Home HockeyBuzz Register Login
"As it Strikes Me"
Buffalo, NY • United States • 35 Years Old • Male
roccowrusso rwrusso
Someone please explain to me how this works: Stick technology is to the point of composite one-piece sticks. Carbon fiber, Kevlar, graphite, etc. For me and you, these sticks can cost up to $240. I'm sure most NHL players get theirs for free, and I'll assume major college programs include sticks in their budgets. AND YET THEY BLOW UP! You would think these things come with self destruct buttons. So how is it that with all this technology to create lightweight composite one-piece sticks, which generate greater torque, etc., they can't make them just a bit stronger and hold up to a slapper from the point? Is this some conspiracy by the manufacturers to sell more sticks?

Listen, I always liked wood over an aluminum shaft/wood blade. I never liked the flex or kick point of a 2-piece. I played with wood Flarrow sticks for years, and shot harder and more accurate than with any 2-piece, even the newer composite shafts. But I've made the switch to one-piece composite sticks, mainly because in the pickup hockey I play a composite 1-piece will last me a year or so, and I've received a few as gifts. And they are nice. But I'm not out there winding up taking slap shots left and right, wondering when my stick is going to snap in two and lead to a turn over. I understand why Gretzky has commented on not liking these things. You see way too many turnovers and players playing without a stick all because these sticks shatter much too frequently. I understand that players are bigger and stronger, and the loading on the shaft will continue to increase. Maybe wood sticks wouldn't be able to hold up to these increased strains either. But how is it that the technology is there to make these sticks light and "responsive", but not durable? Is it a fair trade off? Is the stick handling/passing/shooting that much better to justify the increased lost scoring chances? You tell me.
Filed Under:   Composite sticks blow up  
April 3, 2008 8:16 AM ET | Delete
I only play inline hockey so my experience might not be relevant to this discussion...but I've found that some of the composite models (most notably Easton Synergy) are more reliable than wood. However I have been told that the cold really influences the durability of these sticks. From a defensive perspective, I think a lighter stick enables you to make poke checks and have greater control over your stick.
April 3, 2008 8:38 AM ET | Delete
I've considered the weight factor, but I'm not buying into a professional athlete not being able to handle any stick, wood or composite. We're talking grams, not pounds. I'm no science of materials expert, but I do believe the carbon fiber fatigues after time with the stress and strain of the loading during shooting.
April 3, 2008 8:43 AM ET | Delete
Yeah, especially with the amount of stress they put on the stick. But I think that in a game being played at the highest level, you're probably doing yourself a disservice by playing with a heavier stick. With the speed of the game these days, I imagine these guys are trying to gain every advantage they can get. And if the players are not paying the $240 a pop, I'm sure they don't care how many they go through.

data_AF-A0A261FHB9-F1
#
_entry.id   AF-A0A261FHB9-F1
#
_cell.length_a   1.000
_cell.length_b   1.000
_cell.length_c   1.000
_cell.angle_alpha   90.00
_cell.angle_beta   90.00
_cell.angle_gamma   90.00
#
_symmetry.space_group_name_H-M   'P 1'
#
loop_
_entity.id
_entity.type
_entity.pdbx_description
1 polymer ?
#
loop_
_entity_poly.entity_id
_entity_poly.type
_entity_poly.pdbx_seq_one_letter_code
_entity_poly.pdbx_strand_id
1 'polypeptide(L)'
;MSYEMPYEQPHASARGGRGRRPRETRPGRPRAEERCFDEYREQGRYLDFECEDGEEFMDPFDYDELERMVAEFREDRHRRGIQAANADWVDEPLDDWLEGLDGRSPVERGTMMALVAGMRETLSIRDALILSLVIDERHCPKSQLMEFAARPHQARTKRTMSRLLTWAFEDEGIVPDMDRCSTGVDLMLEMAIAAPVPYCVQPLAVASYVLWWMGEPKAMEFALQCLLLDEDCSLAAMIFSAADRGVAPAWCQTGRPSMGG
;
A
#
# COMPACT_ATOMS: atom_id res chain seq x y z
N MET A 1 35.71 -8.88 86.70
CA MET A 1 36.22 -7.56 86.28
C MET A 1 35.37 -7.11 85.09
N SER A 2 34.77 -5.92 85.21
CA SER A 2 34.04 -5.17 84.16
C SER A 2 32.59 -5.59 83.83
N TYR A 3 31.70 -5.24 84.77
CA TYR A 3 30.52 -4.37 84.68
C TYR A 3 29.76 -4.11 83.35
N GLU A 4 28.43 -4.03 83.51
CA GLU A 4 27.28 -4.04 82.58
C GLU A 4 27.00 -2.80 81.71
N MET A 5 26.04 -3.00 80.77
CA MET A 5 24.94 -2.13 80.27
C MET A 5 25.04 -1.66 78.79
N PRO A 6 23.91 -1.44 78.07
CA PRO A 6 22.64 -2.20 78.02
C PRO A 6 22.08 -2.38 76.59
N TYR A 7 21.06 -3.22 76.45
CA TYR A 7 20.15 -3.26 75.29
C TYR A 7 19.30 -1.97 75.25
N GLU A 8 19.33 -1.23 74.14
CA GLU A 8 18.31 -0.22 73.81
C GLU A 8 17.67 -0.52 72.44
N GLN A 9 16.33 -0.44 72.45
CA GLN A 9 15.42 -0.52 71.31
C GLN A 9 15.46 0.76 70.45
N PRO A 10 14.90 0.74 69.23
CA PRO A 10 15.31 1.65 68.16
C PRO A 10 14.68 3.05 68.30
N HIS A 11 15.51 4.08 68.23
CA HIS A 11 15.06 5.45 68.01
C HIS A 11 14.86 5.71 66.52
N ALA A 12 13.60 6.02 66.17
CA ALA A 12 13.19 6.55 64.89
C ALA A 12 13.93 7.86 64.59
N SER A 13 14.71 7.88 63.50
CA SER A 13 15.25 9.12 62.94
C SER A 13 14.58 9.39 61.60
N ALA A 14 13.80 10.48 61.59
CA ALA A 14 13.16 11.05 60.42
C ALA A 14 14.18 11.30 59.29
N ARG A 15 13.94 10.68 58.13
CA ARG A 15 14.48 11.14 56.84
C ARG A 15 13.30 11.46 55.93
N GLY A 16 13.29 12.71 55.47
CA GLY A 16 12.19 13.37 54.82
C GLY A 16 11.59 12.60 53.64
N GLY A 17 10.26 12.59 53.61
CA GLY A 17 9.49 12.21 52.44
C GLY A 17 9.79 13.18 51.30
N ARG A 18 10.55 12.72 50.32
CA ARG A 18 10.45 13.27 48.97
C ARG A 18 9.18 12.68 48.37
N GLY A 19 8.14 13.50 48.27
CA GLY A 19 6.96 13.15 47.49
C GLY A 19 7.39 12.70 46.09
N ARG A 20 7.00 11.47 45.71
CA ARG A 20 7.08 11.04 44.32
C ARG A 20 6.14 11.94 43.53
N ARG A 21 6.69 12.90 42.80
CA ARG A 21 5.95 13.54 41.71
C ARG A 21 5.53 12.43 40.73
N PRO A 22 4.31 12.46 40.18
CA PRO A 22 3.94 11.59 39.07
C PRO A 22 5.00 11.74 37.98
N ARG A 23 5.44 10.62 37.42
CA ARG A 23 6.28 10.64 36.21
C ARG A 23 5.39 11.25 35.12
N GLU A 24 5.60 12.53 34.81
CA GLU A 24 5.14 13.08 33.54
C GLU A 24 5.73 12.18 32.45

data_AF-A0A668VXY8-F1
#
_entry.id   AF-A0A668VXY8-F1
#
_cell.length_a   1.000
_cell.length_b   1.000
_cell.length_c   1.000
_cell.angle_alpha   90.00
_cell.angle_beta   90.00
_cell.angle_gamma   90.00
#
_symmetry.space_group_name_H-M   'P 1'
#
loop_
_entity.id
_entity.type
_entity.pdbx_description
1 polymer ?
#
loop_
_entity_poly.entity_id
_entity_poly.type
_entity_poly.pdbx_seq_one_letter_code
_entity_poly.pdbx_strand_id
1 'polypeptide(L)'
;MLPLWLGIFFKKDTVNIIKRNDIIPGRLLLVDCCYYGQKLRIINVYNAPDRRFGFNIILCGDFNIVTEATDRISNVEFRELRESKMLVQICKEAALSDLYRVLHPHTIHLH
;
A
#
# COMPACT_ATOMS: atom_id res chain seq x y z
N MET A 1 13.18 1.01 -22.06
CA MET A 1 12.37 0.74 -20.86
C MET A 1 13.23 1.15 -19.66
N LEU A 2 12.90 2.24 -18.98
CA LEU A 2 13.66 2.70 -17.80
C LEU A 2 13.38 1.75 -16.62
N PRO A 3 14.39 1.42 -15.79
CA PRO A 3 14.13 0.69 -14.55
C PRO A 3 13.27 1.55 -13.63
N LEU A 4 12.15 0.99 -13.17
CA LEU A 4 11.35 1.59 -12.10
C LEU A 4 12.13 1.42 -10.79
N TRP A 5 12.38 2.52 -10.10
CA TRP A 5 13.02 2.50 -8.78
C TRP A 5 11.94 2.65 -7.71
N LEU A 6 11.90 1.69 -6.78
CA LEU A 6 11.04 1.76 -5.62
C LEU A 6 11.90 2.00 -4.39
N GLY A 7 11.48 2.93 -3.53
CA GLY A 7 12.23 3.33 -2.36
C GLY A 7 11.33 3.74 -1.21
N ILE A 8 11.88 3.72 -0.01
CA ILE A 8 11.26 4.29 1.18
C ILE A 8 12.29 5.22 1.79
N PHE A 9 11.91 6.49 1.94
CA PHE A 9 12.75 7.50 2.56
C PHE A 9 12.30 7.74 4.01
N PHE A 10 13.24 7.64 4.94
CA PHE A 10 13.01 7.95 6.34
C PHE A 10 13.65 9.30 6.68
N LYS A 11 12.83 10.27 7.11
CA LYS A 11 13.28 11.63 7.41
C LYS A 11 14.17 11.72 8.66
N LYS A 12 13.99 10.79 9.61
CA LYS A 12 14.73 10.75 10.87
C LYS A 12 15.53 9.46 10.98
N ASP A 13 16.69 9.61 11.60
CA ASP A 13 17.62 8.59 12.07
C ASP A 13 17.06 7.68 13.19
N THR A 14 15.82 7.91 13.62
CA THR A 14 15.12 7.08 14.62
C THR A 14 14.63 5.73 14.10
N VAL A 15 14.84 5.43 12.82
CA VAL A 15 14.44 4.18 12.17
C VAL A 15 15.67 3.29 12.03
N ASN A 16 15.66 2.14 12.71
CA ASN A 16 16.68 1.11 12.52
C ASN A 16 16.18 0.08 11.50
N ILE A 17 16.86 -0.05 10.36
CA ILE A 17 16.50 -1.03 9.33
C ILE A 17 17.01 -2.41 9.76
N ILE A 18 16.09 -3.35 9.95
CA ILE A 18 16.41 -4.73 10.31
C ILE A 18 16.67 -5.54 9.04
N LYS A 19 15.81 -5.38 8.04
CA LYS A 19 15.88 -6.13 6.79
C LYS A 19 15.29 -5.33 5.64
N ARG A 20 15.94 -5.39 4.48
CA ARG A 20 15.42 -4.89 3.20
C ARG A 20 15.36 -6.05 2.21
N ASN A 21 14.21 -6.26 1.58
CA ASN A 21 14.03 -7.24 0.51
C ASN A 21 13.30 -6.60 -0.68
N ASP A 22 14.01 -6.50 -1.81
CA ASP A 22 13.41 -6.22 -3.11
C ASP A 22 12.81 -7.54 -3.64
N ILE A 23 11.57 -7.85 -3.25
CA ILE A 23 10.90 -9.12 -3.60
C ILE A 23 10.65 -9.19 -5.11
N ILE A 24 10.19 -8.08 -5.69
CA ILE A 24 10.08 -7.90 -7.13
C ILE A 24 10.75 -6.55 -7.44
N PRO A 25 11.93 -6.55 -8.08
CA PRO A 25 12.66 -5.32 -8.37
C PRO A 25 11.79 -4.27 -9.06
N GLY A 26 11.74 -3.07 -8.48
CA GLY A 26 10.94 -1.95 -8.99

April 3, 2008 9:24 AM ET | Delete
I agree that the lighter the stick, the easier it is to handle. And that they probably don't care how many they break. But it drives me nuts when you end up with a broken play because a stick blows up.
April 3, 2008 10:40 AM ET | Delete
On Tuesday night, I counted 6 broken sticks at the Canes - Caps game. It always seems to happen at the worst times. I remember Ovechkin's rookie year, he would break at least one stick every two games. I think there are about 12 or 13 guys who still use the lumber.
April 3, 2008 10:44 AM ET | Delete
I watched all the NCAA hockey games last weekend, and couldn't believe how many sticks snapped in half, and yes, always at very inopportune times. Same thing in the NHL. I just wonder what the next step is for the stick manufacturers.
April 3, 2008 10:46 AM ET | Delete
i agree whole heartedly of course i am from Tennessee so what do i know. All i know is that the blade usually goes further faster than the puck. Plus, how many times have you seen a slash break a stick? Way fewer than the composites i'll bet. Something is definitely wrong.
April 3, 2008 11:25 AM ET | Delete
I hate composite sticks. What I'd liek to see guys do is keep some wood sticks for the penalty kill. You CANNOT have a stick break when you're down one man, let alone two. I also don't understand guys who are in a checking role, or defensive defenseman using fragile sticks. Why would THEY need an extra 4mph on a shot that they're likely going to miss anyway???
April 3, 2008 1:17 PM ET | Delete
Still using the Easton Aluminum series shaft and replacement blades since 1990. Not noticeably heavier than the current $150 - $250 composites. Definitely stronger. And I can still get the Montreal brand replacement blades with the "Euro Curve". You know the one. The big left handed banana curve.
April 3, 2008 3:34 PM ET | Delete
Remember the Coffey pattern? On those cheap Sherwood's? That thing was insane. I thought they stopped selling them, but just found it online. Huh.
Leave a Comment
You must be logged in to leave a comment.